Hwang Y.Y.,Naval Medical Research Unit San Antonio |
Ramalingam K.,University of Texas Health Science Center at San Antonio |
Bienek D.R.,Naval Medical Research Unit San Antonio |
Lee V.,University of Texas Health Science Center at San Antonio |
And 2 more authors.
Antimicrobial Agents and Chemotherapy | Year: 2013
Acinetobacter baumannii has emerged as a serious problematic pathogen due to the ever-increasing presence of antibiotic resistance, demonstrating a need for novel, broad-spectrum antimicrobial therapeutic options. Antimicrobial nanoemulsions are emulsified mixtures of detergent, oil, and water (droplet size, 100 to 800 nm) which have broad antimicrobial activity against bacteria, enveloped viruses, and fungi. Here, we screened the antimicrobial activities of five nanoemulsion preparations against four Acinetobacter baumannii isolates to identify the most suitable preparation for further evaluation. Among them, N5, which contains 10% (vol/vol) Triton X-100, 25% (vol/vol) soybean oil, and 1% (wt/vol) cetylpyridinium chloride (CPC), showed the best efficacy against A. baumannii in both its planktonic and biofilm forms and was selected for further study. Our data demonstrate that, while the killing of planktonic forms of A. baumannii was due to the 1% CPC component of our nanoemulsions, the breakdown of biofilms was achieved via the emulsified oil and detergent fractions. Furthermore, we documented the effect of ethanol and NaCl in combination with N5 on planktonic A. baumannii. In killing curves of N5 combined with other agents (ethanol or NaCl), a synergistic effect of a>2-log decrease in CFU/ml was observed. The antibiofilm activity of N5 was confirmed via a cell proliferation test and scanning electron microscopy. The effects of exposure to severe environmental conditions, which simulates the field conditions in Iraq and Afghanistan, were evaluated, and this exposure did not affect the overall antimicrobial activity of N5. These studies lay a solid foundation for the utilization of nanoemulsions against the antibiotic-resistant forms of A. baumannii. © 2013, American Society for Microbiology. All Rights Reserved.
Dobson G.P.,Institute of Tropical Medicine |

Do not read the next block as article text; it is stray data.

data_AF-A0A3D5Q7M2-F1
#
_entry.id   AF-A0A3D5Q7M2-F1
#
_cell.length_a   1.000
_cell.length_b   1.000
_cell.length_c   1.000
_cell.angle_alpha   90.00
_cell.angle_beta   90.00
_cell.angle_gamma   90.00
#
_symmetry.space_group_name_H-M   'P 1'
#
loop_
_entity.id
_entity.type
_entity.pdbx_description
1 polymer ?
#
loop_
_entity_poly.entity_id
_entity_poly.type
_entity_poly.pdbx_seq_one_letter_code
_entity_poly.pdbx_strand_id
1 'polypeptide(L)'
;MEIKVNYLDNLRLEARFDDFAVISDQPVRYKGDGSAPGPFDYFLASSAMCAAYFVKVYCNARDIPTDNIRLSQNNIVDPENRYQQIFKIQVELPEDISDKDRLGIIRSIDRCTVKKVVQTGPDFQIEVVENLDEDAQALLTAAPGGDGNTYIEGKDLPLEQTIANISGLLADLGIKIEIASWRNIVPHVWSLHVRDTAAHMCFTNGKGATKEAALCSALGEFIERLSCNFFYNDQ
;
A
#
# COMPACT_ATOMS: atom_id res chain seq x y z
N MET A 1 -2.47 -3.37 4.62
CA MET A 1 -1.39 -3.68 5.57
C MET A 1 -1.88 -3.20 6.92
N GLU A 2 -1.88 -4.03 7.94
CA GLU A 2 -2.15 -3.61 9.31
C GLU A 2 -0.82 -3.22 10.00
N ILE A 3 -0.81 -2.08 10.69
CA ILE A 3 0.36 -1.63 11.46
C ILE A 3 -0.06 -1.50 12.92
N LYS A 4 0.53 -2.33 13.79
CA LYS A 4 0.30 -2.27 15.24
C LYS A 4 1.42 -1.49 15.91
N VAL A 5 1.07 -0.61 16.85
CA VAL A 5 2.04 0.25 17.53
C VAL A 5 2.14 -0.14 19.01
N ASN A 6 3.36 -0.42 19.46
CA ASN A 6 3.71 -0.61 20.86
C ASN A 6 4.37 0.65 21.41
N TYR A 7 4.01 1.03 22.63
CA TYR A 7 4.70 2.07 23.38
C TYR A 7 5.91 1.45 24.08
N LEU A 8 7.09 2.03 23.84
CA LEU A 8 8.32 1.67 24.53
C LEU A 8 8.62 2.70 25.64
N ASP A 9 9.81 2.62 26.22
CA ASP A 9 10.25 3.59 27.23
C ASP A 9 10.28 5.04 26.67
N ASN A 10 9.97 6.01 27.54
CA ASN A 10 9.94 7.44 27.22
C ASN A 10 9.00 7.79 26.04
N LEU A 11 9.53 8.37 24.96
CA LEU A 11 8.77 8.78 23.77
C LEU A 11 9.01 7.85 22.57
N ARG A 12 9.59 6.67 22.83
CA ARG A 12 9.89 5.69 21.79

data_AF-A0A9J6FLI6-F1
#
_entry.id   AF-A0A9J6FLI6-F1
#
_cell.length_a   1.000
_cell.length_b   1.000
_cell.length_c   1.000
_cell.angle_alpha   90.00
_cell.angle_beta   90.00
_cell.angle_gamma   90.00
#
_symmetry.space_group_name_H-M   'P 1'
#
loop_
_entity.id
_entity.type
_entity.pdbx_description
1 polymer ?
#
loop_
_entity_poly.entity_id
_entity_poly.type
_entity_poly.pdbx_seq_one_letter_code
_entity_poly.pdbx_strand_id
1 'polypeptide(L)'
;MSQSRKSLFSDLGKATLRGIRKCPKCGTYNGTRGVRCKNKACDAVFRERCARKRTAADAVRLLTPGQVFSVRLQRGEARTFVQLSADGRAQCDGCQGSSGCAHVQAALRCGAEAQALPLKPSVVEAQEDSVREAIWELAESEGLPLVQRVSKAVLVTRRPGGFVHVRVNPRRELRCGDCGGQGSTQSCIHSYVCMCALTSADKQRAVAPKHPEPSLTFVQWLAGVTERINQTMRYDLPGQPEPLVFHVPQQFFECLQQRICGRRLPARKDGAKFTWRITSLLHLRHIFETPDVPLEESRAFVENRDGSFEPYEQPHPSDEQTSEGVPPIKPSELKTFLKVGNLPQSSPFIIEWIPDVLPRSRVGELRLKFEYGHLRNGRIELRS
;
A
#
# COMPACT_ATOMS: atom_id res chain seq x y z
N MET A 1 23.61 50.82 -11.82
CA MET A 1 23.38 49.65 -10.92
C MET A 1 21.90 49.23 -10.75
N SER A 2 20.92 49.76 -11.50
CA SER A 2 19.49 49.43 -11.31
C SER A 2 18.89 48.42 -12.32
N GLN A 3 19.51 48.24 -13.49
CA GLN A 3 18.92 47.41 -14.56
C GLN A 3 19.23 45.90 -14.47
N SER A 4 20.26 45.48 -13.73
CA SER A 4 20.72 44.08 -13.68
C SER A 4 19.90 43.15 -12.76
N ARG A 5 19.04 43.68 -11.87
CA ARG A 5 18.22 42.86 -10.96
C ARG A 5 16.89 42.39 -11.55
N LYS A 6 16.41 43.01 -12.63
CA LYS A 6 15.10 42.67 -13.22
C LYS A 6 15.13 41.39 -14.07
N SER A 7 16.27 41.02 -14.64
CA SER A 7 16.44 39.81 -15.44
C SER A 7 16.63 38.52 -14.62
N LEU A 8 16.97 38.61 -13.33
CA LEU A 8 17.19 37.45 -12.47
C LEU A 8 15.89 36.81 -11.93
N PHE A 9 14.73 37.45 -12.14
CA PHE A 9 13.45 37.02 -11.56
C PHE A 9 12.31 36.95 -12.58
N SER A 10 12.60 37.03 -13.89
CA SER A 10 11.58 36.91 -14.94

Letson H.L.,Institute of Tropical Medicine |
Sharma R.,Institute of Tropical Medicine |
Sheppard F.R.,Naval Medical Research Unit San Antonio |
Cap A.P.,U.S. Army
Journal of Trauma and Acute Care Surgery | Year: 2015
Traumatic-induced coagulopathy (TIC) is a hemostatic disorder that is associated with significant bleeding, transfusion requirements, morbidity and mortality. A disorder similar or analogous to TIC was reported around 70 years ago in patients with shock, hemorrhage, burns, cardiac arrest or undergoing major surgery, and the condition was referred to as a "severe bleeding tendency," "defibrination syndrome," "consumptive disorder," and later by surgeons treating US Vietnam combat casualties as a "diffuse oozing coagulopathy." In 1982, Moore's group termed it the "bloody vicious cycle," others "the lethal triad," and in 2003 Brohi and colleagues introduced "acute traumatic coagulopathy" (ATC). Since that time, early TIC has been cloaked in many names and acronyms, including a "fibrinolytic form of disseminated intravascular coagulopathy (DIC)." A global consensus on naming is urgently required to avoid confusion. In our view, TIC is a dynamic entity that evolves over time and no single hypothesis adequately explains the different manifestations of the coagulopathy. However, early TIC is not DIC because an increased thrombin-generating potential in vitro does not imply a clinically relevant thrombotic state in vivo as early TIC is characterized by excessive bleeding, not thrombosis. DIC with its diffuse anatomopathologic fibrin deposition appears to be a latter phase progression of TIC associated with unchecked inflammation and multiple organ dysfunction. Copyright © 2015 Wolters Kluwer Health, Inc. All rights reserved.